Microsoft's YouTube channel was briefly taken over by persons unknown this weekend, with the company's promotional videos being replaced.
According to a message posted by the unknown individual - or individuals - the take-over was more of a take-back. "I did nothing wrong," a message to the Microsoft YouTube channel read, "I simply signed into my account that I made in 2006."
Other YouTube users have suggested that the attack comes from a simple mechanism: the password reset email system.
If the message is accurate, it seems that a 'squatter' originally registered a YouTube account under Microsoft's name. Discovering this, Microsoft will have applied to YouTube to have the account turned over for its use as the registered trademark holder.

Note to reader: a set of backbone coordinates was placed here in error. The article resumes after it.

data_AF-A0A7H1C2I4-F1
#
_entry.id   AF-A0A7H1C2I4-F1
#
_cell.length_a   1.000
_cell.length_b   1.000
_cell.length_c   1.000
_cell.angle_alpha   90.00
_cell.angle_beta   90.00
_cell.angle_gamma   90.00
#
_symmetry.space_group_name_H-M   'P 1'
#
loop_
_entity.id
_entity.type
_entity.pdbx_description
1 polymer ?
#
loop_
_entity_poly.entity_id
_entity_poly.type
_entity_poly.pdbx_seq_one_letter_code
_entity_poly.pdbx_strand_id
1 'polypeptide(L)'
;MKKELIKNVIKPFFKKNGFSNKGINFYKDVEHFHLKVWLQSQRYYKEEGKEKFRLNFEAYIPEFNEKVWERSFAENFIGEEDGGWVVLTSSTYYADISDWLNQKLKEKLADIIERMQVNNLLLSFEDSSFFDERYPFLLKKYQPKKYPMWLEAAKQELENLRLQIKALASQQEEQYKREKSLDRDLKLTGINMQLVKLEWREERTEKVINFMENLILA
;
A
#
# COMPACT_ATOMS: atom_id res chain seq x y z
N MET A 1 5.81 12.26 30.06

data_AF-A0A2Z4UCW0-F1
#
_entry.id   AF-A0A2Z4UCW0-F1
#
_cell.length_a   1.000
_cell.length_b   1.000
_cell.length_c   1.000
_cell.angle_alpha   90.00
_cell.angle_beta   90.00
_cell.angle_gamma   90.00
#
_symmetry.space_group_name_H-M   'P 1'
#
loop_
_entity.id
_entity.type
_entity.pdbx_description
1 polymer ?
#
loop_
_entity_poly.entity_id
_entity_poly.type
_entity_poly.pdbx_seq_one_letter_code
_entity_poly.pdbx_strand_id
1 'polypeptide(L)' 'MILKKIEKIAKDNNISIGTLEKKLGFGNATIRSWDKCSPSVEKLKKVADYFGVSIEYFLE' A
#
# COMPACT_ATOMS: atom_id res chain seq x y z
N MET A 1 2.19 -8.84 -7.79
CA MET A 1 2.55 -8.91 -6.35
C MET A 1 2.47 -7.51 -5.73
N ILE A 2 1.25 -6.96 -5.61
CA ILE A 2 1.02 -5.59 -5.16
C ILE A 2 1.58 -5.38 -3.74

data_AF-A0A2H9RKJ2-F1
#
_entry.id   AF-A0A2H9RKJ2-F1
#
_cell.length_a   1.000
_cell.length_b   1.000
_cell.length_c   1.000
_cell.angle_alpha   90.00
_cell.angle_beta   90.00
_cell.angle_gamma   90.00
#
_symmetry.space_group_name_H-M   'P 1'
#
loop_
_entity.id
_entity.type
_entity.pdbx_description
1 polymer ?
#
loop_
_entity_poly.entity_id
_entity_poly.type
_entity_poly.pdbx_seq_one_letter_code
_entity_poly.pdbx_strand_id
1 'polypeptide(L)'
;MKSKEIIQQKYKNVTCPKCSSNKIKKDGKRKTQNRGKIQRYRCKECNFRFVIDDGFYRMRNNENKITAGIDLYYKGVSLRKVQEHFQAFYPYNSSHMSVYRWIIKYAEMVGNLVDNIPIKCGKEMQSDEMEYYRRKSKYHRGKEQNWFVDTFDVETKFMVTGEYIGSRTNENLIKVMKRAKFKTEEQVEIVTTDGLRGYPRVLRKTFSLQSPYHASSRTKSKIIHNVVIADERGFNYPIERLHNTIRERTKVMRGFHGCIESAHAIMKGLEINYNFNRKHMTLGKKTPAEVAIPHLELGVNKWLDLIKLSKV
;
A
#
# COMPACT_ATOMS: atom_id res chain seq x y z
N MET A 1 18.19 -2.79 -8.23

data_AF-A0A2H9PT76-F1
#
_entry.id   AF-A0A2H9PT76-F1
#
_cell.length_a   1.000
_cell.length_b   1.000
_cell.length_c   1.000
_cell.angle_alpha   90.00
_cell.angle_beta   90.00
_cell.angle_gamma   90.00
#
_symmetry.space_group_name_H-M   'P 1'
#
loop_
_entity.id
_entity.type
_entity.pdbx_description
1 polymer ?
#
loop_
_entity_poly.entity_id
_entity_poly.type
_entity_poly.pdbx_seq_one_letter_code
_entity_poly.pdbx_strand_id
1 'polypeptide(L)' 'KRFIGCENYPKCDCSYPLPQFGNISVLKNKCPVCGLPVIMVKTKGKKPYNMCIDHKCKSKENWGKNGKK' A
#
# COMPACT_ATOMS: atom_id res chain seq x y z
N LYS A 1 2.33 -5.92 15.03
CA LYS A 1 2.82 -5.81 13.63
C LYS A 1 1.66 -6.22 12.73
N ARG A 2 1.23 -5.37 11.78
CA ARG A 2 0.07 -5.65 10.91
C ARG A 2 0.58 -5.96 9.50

During that process, it is suggested, YouTube failed to remove the original owner's email credentials from the account. As a result, the channel creator was able to reset the password and take full control over the account.
"If that's true, then it's a colossal foul-up by YouTube that may concern other well-known brands who have established presences on the video network," writes Sophos's security expert Graham Cluley of the attack.
The deletion of the previously uploaded videos will have hurt Microsoft's PR efforts, as the promotional materials often find themselves embedded on third-party websites directly from YouTube.
As of this morning, the channel is back to normal. A Microsoft spokesperson confirmed the attack to thinq_: "We have regained control of the Microsoft channel on YouTube, and we are working to restore all of the original content."
Sadly, Microsoft has yet to offer details on the precise attack vector, leaving other corporate YouTube accounts taken from squatters' hands wondering if they'll be next.